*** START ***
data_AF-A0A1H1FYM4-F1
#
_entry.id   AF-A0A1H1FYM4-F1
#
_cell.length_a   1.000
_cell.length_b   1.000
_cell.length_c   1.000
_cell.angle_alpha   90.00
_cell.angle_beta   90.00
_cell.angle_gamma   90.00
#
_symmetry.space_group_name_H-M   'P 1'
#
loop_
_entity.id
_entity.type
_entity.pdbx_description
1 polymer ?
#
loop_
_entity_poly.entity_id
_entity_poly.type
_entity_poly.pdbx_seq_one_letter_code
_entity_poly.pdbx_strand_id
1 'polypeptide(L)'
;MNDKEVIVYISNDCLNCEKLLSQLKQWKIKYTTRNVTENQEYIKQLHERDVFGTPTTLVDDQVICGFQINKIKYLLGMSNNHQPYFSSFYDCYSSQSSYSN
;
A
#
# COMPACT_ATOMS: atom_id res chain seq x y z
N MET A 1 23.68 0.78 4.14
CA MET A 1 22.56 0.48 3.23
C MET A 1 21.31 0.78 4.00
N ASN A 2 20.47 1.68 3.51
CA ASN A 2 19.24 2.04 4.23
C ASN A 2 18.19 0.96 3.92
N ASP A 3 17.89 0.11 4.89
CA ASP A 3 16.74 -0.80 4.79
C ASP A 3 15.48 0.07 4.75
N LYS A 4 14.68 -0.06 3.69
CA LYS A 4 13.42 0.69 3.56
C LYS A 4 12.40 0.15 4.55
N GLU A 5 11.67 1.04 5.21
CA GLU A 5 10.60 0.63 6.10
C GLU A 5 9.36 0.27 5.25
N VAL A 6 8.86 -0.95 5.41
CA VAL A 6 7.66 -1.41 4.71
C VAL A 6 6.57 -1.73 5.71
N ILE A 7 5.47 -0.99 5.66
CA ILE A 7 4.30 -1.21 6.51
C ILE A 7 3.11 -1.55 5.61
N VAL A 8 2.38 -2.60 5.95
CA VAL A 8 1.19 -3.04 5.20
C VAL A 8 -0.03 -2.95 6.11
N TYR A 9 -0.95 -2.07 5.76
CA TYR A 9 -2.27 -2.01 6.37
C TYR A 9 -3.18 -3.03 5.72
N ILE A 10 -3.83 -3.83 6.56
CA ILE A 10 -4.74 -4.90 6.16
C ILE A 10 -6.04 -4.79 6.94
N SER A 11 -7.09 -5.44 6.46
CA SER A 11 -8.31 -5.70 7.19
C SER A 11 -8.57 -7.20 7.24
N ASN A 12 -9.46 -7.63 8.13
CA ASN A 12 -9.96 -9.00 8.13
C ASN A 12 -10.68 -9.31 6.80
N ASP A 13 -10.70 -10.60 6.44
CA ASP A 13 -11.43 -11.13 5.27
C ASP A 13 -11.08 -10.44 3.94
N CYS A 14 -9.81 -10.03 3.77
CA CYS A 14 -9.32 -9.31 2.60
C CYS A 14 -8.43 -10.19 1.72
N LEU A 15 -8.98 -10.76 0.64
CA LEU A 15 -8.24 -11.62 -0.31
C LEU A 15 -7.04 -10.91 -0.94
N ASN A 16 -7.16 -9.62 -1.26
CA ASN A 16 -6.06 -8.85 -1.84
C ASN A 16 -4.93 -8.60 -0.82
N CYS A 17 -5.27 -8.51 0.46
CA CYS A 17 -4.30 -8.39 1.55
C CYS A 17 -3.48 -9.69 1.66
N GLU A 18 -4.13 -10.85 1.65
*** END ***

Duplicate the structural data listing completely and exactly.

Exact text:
data_AF-A0A1H1FYM4-F1
#
_entry.id   AF-A0A1H1FYM4-F1
#
_cell.length_a   1.000
_cell.length_b   1.000
_cell.length_c   1.000
_cell.angle_alpha   90.00
_cell.angle_beta   90.00
_cell.angle_gamma   90.00
#
_symmetry.space_group_name_H-M   'P 1'
#
loop_
_entity.id
_entity.type
_entity.pdbx_description
1 polymer ?
#
loop_
_entity_poly.entity_id
_entity_poly.type
_entity_poly.pdbx_seq_one_letter_code
_entity_poly.pdbx_strand_id
1 'polypeptide(L)'
;MNDKEVIVYISNDCLNCEKLLSQLKQWKIKYTTRNVTENQEYIKQLHERDVFGTPTTLVDDQVICGFQINKIKYLLGMSNNHQPYFSSFYDCYSSQSSYSN
;
A
#
# COMPACT_ATOMS: atom_id res chain seq x y z
N MET A 1 23.68 0.78 4.14
CA MET A 1 22.56 0.48 3.23
C MET A 1 21.31 0.78 4.00
N ASN A 2 20.47 1.68 3.51
CA ASN A 2 19.24 2.04 4.23
C ASN A 2 18.19 0.96 3.92
N ASP A 3 17.89 0.11 4.89
CA ASP A 3 16.74 -0.80 4.79
C ASP A 3 15.48 0.07 4.75
N LYS A 4 14.68 -0.06 3.69
CA LYS A 4 13.42 0.69 3.56
C LYS A 4 12.40 0.15 4.55
N GLU A 5 11.67 1.04 5.21
CA GLU A 5 10.60 0.63 6.10
C GLU A 5 9.36 0.27 5.25
N VAL A 6 8.86 -0.95 5.41
CA VAL A 6 7.66 -1.41 4.71
C VAL A 6 6.57 -1.73 5.71
N ILE A 7 5.47 -0.99 5.66
CA ILE A 7 4.30 -1.21 6.51
C ILE A 7 3.11 -1.55 5.61
N VAL A 8 2.38 -2.60 5.95
CA VAL A 8 1.19 -3.04 5.20
C VAL A 8 -0.03 -2.95 6.11
N TYR A 9 -0.95 -2.07 5.76
CA TYR A 9 -2.27 -2.01 6.37
C TYR A 9 -3.18 -3.03 5.72
N ILE A 10 -3.83 -3.83 6.56
CA ILE A 10 -4.74 -4.90 6.16
C ILE A 10 -6.04 -4.79 6.94
N SER A 11 -7.09 -5.44 6.46
CA SER A 11 -8.31 -5.70 7.19
C SER A 11 -8.57 -7.20 7.24
N ASN A 12 -9.46 -7.63 8.13
CA ASN A 12 -9.96 -9.00 8.13
C ASN A 12 -10.68 -9.31 6.80
N ASP A 13 -10.70 -10.60 6.44
CA ASP A 13 -11.43 -11.13 5.27
C ASP A 13 -11.08 -10.44 3.94
N CYS A 14 -9.81 -10.03 3.77
CA CYS A 14 -9.32 -9.31 2.60
C CYS A 14 -8.43 -10.19 1.72
N LEU A 15 -8.98 -10.76 0.64
CA LEU A 15 -8.24 -11.62 -0.31
C LEU A 15 -7.04 -10.91 -0.94
N ASN A 16 -7.16 -9.62 -1.26
CA ASN A 16 -6.06 -8.85 -1.84
C ASN A 16 -4.93 -8.60 -0.82
N CYS A 17 -5.27 -8.51 0.46
CA CYS A 17 -4.30 -8.39 1.55
C CYS A 17 -3.48 -9.69 1.66
N GLU A 18 -4.13 -10.85 1.65